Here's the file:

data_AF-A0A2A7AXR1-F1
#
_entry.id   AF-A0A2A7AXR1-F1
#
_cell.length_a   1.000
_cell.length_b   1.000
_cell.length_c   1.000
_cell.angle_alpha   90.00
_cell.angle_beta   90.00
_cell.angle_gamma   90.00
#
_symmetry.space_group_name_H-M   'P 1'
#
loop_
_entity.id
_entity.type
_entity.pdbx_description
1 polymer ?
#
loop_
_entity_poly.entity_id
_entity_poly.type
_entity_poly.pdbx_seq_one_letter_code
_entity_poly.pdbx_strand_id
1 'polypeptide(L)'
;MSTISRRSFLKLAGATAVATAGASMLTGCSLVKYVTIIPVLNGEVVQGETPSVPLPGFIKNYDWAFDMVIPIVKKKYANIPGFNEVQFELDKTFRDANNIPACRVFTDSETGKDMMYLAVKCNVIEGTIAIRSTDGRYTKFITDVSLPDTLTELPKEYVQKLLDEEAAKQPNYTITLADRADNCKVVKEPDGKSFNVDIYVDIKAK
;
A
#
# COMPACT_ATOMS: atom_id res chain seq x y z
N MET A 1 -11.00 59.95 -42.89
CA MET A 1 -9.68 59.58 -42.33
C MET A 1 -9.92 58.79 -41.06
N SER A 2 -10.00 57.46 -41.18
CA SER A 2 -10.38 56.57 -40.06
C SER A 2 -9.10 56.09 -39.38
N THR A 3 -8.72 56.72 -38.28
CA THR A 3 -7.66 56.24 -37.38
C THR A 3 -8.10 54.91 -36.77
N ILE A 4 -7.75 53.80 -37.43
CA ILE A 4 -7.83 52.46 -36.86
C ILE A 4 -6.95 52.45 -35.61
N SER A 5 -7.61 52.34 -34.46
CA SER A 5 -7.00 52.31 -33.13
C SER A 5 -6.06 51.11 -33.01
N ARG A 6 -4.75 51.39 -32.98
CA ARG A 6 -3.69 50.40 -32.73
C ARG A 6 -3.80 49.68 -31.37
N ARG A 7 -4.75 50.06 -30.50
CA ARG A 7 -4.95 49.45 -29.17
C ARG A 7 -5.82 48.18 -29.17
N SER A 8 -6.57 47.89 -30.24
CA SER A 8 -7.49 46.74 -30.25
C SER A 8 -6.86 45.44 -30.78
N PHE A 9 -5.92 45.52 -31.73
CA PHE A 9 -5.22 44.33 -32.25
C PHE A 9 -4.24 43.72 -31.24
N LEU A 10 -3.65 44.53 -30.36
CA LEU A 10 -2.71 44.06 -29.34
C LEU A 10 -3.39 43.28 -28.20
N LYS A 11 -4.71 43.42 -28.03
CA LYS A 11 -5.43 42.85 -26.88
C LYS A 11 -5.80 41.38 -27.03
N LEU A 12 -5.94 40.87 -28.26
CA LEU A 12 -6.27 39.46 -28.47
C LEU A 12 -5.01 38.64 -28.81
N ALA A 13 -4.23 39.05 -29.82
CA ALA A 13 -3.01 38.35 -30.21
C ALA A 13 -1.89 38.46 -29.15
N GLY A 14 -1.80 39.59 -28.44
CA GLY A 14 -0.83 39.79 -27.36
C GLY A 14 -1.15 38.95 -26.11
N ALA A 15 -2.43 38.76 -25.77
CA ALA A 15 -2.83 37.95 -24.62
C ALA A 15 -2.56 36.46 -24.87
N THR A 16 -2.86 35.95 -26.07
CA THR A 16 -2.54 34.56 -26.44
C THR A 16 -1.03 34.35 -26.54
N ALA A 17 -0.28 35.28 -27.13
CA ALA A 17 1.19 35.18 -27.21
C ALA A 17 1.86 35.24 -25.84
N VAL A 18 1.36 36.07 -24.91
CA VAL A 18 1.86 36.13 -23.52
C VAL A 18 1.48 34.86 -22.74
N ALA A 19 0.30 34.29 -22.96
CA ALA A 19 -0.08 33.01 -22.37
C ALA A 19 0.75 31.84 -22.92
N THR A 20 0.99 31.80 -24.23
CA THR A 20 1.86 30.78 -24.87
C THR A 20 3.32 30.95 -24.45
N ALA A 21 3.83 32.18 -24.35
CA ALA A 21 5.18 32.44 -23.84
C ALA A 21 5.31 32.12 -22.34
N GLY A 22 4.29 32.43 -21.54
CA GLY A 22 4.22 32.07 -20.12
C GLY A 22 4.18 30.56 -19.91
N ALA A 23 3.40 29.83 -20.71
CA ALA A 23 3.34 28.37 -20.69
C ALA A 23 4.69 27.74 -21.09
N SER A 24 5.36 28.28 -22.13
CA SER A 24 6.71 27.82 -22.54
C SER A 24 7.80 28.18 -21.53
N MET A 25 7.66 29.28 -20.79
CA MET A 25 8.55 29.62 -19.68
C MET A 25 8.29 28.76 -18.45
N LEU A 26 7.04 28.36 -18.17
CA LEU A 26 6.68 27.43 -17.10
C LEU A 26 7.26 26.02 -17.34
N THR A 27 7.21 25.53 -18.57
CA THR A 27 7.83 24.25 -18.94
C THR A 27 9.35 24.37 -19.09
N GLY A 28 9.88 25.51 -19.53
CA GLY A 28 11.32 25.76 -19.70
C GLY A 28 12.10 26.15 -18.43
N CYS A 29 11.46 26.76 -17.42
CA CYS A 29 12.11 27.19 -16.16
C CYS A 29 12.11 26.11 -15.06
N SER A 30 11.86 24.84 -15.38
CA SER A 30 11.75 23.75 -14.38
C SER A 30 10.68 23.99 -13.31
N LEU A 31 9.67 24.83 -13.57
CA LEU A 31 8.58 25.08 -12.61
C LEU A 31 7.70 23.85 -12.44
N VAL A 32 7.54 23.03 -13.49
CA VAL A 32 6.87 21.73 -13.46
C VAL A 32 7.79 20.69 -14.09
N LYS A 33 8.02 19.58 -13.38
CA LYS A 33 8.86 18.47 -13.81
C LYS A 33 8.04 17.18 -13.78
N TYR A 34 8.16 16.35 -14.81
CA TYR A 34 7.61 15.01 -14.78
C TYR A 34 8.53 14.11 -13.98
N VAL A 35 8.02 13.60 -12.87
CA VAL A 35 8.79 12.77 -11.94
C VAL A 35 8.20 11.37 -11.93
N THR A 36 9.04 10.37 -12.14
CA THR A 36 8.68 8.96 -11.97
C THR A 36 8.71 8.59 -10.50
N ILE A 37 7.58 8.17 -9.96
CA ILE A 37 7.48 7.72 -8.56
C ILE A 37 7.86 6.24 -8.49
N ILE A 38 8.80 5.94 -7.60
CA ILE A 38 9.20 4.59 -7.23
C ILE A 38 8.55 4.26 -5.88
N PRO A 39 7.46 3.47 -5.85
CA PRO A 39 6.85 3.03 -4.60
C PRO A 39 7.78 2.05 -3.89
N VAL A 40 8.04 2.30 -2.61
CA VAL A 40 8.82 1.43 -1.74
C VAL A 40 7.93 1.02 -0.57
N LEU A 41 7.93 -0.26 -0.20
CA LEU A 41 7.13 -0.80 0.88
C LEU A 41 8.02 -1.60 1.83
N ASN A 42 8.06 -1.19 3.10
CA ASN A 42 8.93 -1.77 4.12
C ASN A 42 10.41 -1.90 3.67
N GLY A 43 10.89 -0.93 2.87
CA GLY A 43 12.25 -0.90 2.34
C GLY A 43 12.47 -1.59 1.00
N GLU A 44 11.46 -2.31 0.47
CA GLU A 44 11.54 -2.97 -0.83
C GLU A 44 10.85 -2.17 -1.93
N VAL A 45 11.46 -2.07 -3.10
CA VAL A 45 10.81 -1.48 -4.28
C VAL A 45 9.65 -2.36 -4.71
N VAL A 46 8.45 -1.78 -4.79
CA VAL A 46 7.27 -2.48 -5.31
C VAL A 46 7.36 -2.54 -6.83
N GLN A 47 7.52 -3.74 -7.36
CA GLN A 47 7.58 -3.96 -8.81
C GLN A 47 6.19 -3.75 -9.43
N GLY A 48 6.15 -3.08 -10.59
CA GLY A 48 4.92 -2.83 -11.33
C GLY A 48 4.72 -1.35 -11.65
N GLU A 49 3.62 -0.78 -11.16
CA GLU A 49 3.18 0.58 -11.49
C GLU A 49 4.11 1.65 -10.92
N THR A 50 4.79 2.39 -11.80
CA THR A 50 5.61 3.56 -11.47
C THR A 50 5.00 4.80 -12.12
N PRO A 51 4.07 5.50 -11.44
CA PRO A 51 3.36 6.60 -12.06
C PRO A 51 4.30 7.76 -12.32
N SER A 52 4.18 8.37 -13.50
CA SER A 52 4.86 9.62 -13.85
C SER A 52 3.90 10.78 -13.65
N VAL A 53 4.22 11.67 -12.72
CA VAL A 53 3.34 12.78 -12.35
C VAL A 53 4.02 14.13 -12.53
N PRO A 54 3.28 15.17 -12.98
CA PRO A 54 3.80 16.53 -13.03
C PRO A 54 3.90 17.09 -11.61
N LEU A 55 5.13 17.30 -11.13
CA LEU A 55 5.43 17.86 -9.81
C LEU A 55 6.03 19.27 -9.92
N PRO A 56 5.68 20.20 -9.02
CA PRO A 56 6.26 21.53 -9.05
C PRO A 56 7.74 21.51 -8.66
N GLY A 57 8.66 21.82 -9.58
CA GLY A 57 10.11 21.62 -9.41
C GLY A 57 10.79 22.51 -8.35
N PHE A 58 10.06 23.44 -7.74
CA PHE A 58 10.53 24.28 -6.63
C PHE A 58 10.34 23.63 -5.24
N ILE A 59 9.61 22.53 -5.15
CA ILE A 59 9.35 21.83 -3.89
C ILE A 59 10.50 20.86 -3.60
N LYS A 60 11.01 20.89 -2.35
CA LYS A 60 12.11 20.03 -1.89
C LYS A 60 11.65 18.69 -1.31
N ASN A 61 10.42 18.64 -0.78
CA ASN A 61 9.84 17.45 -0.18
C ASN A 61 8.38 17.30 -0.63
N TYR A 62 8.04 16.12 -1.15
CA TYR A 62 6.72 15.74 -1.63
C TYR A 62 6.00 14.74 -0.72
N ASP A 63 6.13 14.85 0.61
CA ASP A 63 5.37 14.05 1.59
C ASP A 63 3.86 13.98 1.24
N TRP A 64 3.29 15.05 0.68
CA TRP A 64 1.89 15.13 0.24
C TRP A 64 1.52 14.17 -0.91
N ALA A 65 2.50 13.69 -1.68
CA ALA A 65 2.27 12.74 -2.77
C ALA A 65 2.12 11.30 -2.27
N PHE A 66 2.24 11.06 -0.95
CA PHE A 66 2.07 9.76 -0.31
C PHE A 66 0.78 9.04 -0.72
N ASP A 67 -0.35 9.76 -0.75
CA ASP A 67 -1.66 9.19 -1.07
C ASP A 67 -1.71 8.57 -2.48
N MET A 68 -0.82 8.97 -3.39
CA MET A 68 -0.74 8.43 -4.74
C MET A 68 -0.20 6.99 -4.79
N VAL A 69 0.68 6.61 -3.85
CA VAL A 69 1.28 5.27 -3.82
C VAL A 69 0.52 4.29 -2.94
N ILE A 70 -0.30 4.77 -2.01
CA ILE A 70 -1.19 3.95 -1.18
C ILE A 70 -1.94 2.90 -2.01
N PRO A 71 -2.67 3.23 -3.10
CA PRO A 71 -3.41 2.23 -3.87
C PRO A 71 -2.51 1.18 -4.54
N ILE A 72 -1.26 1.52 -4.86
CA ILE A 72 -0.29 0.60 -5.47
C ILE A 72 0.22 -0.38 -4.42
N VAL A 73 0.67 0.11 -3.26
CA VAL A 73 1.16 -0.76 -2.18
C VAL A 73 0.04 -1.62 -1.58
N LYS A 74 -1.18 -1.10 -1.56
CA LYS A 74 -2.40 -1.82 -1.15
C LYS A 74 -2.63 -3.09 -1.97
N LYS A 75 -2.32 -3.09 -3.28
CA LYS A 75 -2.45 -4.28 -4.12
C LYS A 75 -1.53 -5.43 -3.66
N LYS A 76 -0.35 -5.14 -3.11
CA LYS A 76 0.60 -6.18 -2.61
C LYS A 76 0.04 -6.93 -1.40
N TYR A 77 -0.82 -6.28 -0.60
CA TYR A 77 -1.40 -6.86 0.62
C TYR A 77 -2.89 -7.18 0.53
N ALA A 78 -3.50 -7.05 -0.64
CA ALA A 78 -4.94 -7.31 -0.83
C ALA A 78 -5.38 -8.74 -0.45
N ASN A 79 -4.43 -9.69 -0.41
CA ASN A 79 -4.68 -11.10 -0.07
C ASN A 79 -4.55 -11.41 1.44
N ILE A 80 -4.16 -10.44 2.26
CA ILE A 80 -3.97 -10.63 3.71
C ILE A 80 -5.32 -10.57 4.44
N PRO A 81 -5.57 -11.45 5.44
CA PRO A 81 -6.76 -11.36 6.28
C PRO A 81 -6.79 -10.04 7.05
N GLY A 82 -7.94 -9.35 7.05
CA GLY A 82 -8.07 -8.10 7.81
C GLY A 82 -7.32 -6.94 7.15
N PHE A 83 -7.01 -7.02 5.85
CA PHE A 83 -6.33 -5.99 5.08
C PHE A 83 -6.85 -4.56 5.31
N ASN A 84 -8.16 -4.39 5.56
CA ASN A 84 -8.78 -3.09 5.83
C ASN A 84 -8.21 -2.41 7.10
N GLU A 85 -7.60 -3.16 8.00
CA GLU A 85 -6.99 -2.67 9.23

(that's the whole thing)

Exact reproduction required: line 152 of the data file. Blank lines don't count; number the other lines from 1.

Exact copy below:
CA LEU A 41 7.13 -0.80 0.88